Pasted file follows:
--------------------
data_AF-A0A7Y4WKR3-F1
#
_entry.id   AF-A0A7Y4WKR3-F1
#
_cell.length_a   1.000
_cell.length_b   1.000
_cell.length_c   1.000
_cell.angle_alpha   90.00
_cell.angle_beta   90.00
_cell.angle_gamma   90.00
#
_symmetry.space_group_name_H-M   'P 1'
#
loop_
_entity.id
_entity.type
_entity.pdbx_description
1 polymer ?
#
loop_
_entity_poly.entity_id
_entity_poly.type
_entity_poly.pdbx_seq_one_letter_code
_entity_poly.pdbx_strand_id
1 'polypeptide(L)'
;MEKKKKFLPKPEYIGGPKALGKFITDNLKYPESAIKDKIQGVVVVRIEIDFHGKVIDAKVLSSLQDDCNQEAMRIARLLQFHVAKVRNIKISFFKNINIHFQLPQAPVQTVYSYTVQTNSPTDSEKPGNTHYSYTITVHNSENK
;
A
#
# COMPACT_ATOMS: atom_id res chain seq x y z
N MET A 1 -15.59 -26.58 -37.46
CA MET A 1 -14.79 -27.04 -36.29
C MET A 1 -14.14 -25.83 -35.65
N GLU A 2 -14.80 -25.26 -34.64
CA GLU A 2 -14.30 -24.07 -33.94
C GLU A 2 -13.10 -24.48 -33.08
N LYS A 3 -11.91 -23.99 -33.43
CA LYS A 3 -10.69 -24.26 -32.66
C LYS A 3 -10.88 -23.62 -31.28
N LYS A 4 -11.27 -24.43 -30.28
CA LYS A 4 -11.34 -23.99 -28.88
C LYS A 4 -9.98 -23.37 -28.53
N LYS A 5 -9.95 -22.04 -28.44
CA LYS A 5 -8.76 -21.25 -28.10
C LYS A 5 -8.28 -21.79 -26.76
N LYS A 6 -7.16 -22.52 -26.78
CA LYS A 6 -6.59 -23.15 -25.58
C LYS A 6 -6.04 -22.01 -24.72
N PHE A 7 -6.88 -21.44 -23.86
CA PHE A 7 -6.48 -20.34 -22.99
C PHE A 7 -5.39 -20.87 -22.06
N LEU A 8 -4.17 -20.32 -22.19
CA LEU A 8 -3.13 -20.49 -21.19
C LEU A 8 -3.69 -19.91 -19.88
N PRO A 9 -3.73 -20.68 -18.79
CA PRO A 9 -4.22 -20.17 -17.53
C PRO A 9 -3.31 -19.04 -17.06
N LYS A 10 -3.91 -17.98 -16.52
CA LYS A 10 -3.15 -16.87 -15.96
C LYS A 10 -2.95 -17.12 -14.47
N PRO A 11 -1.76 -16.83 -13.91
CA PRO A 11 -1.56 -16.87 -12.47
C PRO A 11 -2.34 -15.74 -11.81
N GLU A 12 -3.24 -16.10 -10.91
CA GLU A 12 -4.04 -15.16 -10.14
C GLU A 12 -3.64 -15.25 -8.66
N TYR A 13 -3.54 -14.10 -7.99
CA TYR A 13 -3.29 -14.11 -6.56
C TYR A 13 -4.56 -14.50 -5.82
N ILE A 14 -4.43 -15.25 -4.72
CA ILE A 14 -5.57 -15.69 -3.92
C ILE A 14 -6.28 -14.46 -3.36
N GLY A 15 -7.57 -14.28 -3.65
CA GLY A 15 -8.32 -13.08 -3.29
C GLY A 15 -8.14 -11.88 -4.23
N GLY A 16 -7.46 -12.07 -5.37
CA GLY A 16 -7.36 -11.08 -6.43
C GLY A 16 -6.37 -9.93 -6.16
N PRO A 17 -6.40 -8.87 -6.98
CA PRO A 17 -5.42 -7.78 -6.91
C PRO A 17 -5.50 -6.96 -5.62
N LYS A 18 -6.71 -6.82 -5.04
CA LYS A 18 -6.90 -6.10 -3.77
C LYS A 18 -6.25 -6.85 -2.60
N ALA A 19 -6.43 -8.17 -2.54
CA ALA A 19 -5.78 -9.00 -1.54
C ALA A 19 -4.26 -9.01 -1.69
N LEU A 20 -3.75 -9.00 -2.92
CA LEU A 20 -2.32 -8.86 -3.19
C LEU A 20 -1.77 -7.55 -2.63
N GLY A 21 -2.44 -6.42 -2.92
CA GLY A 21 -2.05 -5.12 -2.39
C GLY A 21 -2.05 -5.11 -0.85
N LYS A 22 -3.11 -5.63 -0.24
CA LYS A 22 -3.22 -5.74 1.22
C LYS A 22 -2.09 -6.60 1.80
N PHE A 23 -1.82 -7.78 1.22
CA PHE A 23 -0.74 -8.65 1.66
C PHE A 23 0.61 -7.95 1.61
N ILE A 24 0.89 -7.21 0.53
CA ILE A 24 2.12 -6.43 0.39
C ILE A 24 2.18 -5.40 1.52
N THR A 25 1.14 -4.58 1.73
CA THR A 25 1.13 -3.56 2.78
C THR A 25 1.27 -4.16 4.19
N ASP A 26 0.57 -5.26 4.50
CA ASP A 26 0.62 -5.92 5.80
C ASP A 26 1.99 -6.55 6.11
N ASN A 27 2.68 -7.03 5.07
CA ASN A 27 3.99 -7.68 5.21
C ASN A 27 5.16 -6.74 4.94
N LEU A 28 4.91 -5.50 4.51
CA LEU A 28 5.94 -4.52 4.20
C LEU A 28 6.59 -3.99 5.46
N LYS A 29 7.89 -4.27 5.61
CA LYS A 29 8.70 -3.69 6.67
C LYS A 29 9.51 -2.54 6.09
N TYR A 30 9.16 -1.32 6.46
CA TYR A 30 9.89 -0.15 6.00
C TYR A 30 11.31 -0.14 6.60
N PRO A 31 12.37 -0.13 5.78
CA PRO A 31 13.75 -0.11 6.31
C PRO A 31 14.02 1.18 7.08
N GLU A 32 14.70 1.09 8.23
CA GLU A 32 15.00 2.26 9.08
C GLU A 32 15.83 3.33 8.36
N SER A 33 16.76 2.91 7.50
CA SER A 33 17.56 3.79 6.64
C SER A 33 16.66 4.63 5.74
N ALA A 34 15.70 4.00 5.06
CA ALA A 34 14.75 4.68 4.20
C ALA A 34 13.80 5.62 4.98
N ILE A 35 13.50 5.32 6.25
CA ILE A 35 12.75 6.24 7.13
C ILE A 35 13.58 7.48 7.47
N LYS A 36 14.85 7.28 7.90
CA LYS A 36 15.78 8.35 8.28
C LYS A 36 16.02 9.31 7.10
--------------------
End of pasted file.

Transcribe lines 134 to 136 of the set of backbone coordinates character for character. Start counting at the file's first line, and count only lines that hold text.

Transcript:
CA ILE A 35 12.75 6.24 7.13
C ILE A 35 13.58 7.48 7.47
N LYS A 36 14.85 7.28 7.90